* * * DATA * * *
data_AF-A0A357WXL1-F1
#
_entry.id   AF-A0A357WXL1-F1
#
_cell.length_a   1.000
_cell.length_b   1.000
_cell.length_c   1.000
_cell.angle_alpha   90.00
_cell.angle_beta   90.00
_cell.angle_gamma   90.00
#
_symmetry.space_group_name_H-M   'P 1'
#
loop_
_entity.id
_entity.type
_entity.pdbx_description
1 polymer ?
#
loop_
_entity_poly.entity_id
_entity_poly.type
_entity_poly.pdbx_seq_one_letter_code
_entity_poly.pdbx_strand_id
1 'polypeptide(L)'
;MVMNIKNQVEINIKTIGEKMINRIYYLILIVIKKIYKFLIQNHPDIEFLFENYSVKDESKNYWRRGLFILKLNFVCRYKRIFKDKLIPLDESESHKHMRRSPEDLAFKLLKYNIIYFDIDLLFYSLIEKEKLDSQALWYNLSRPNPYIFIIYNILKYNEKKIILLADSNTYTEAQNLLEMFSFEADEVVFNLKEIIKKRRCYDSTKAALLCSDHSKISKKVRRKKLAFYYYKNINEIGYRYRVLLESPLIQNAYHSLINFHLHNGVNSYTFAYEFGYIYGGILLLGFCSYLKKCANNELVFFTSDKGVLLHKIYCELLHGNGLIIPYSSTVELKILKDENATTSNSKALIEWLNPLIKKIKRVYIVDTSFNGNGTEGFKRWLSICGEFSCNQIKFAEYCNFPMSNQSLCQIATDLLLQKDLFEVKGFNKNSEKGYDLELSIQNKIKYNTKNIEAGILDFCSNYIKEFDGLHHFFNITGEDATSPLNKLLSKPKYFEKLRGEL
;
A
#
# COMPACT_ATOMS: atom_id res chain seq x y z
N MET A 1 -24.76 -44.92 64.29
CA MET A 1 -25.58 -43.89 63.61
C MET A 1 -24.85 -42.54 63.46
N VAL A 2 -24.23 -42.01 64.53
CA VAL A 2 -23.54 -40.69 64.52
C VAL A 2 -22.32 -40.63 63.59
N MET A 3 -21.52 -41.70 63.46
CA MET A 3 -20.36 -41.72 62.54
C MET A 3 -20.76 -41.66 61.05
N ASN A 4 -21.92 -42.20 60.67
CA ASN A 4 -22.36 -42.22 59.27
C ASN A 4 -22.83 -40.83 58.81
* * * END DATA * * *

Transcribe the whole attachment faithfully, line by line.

data_AF-A0A357WXL1-F1
#
_entry.id   AF-A0A357WXL1-F1
#
_cell.length_a   1.000
_cell.length_b   1.000
_cell.length_c   1.000
_cell.angle_alpha   90.00
_cell.angle_beta   90.00
_cell.angle_gamma   90.00
#
_symmetry.space_group_name_H-M   'P 1'
#
loop_
_entity.id
_entity.type
_entity.pdbx_description
1 polymer ?
#
loop_
_entity_poly.entity_id
_entity_poly.type
_entity_poly.pdbx_seq_one_letter_code
_entity_poly.pdbx_strand_id
1 'polypeptide(L)'
;MVMNIKNQVEINIKTIGEKMINRIYYLILIVIKKIYKFLIQNHPDIEFLFENYSVKDESKNYWRRGLFILKLNFVCRYKRIFKDKLIPLDESESHKHMRRSPEDLAFKLLKYNIIYFDIDLLFYSLIEKEKLDSQALWYNLSRPNPYIFIIYNILKYNEKKIILLADSNTYTEAQNLLEMFSFEADEVVFNLKEIIKKRRCYDSTKAALLCSDHSKISKKVRRKKLAFYYYKNINEIGYRYRVLLESPLIQNAYHSLINFHLHNGVNSYTFAYEFGYIYGGILLLGFCSYLKKCANNELVFFTSDKGVLLHKIYCELLHGNGLIIPYSSTVELKILKDENATTSNSKALIEWLNPLIKKIKRVYIVDTSFNGNGTEGFKRWLSICGEFSCNQIKFAEYCNFPMSNQSLCQIATDLLLQKDLFEVKGFNKNSEKGYDLELSIQNKIKYNTKNIEAGILDFCSNYIKEFDGLHHFFNITGEDATSPLNKLLSKPKYFEKLRGEL
;
A
#
# COMPACT_ATOMS: atom_id res chain seq x y z
N MET A 1 -24.76 -44.92 64.29
CA MET A 1 -25.58 -43.89 63.61
C MET A 1 -24.85 -42.54 63.46
N VAL A 2 -24.23 -42.01 64.53
CA VAL A 2 -23.54 -40.69 64.52
C VAL A 2 -22.32 -40.63 63.59
N MET A 3 -21.52 -41.70 63.46
CA MET A 3 -20.36 -41.72 62.54
C MET A 3 -20.76 -41.66 61.05
N ASN A 4 -21.92 -42.20 60.67
CA ASN A 4 -22.36 -42.22 59.27
C ASN A 4 -22.83 -40.83 58.81